The prevalence of sport specialization in high school athletes is unknown. This information is needed to determine the scope of this issue in an active population. To determine the prevalence of sport specialization in high school athletes and to determine if specialization is influenced by classification method, year in school, sex, and school size. A secondary purpose was to determine if highly specialized athletes would be more likely to report a history of lower extremity injuries. Cross-sectional study; Level of evidence, 3. High school athletes between the ages of 13 and 18 years from 2 local high schools completed both a sport specialization survey and an injury history survey. Athletes were classified into low, moderate, or high specialization groups using a recently developed 3-point system and were also classified using a self-classification method. A total of 302 athletes completed the surveys and were classified as low specialization (n = 105, 34.8%), moderate specialization (n = 87, 28.8%), or high specialization (n = 110, 36.4%). Athletes from the small school were more likely to be classified in the low specialization group (low, 43%; moderate, 32%; high, 25%) compared with those from the large school (low, 26%; moderate, 26%; high, 48%) (P single sport (n = 89, 29.5%). Athletes from the small school were more likely to classify themselves as multisport (n = 128, 86%) (P school (n = 85, 56%). There were no differences in the history of hip, knee, or ankle injuries between athletes who self-classified as single sport (hip: n = 10, 3%; knee: n = 19, 6%; ankle: n = 35, 12%) versus those who self-classified as multisport (hip: n = 45, 8%; knee: n = 23, 15%; ankle: n = 98, 33%) (P > .370). Classification method and school size influenced the prevalence of specialization in high school athletes. Highly specialized athletes were more likely to report a history of overuse knee or hip injuries. Participating in a single sport for more than 8 months per year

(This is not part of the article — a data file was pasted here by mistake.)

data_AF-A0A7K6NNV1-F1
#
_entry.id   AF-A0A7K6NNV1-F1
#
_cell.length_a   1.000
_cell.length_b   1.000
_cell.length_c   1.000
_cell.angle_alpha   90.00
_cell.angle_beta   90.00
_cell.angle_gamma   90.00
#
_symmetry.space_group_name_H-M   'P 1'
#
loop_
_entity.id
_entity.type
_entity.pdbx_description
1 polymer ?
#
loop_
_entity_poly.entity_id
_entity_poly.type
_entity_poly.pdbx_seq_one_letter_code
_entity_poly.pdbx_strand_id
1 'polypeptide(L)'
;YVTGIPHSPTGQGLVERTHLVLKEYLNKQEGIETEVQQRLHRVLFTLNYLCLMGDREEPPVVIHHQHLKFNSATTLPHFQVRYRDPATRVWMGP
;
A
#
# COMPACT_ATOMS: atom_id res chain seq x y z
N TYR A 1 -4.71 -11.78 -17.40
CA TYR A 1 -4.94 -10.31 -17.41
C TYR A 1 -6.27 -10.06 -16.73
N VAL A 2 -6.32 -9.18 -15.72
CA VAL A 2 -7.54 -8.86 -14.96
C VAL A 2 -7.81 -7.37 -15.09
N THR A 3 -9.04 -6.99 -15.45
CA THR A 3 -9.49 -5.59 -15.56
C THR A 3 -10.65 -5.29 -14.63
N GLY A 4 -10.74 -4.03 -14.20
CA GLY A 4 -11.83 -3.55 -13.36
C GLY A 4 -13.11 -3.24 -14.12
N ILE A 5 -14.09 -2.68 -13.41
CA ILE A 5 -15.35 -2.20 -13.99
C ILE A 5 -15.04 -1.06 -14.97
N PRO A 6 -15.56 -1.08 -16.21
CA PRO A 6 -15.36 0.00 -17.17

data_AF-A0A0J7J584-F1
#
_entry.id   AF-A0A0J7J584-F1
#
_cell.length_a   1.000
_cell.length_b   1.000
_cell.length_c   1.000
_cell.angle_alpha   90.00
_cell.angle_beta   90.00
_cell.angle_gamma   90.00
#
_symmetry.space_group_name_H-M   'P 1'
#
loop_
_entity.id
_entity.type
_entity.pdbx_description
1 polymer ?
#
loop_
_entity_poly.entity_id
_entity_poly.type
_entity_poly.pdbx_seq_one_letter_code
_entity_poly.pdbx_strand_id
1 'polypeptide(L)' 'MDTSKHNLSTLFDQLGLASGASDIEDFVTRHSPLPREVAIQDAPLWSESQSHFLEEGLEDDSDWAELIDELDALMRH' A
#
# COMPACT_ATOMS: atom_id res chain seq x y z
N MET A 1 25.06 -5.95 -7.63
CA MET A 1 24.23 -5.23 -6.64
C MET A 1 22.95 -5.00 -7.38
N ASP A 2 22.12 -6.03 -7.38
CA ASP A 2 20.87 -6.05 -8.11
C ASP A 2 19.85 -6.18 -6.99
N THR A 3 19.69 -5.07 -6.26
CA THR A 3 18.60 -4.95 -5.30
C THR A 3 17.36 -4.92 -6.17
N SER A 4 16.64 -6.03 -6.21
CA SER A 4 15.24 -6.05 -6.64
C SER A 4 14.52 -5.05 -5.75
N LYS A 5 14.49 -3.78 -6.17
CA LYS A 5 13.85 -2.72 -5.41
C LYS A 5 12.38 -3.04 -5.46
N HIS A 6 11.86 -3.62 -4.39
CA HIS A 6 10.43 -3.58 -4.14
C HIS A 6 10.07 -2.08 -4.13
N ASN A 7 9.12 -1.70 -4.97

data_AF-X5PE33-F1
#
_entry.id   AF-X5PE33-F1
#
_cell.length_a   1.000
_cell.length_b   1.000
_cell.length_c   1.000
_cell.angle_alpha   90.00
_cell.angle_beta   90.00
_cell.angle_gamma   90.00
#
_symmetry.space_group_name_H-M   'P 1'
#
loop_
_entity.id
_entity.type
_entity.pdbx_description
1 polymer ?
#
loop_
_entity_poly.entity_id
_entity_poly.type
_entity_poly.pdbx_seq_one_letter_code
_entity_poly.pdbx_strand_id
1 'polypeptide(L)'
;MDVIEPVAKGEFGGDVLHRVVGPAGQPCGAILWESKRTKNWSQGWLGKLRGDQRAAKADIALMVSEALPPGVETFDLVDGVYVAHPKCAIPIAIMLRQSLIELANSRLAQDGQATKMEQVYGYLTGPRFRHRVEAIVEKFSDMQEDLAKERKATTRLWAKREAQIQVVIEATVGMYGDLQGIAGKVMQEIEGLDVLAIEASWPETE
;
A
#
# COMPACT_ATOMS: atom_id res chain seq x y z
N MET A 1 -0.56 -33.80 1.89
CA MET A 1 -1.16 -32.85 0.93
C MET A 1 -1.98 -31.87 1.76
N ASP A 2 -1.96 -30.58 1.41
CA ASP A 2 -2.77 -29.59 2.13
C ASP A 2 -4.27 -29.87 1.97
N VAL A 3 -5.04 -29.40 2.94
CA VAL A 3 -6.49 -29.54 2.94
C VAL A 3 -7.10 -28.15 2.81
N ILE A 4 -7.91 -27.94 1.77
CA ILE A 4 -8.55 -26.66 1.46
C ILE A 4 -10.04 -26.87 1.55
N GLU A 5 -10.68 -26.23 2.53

6. High School Sports Involvement Diminishes the Association Between Childhood Conduct Disorder and Adult Antisocial Behavior.

    Science.gov (United States)

    Samek, Diana R; Elkins, Irene J; Keyes, Margaret A; Iacono, William G; McGue, Matt

    2015-07-01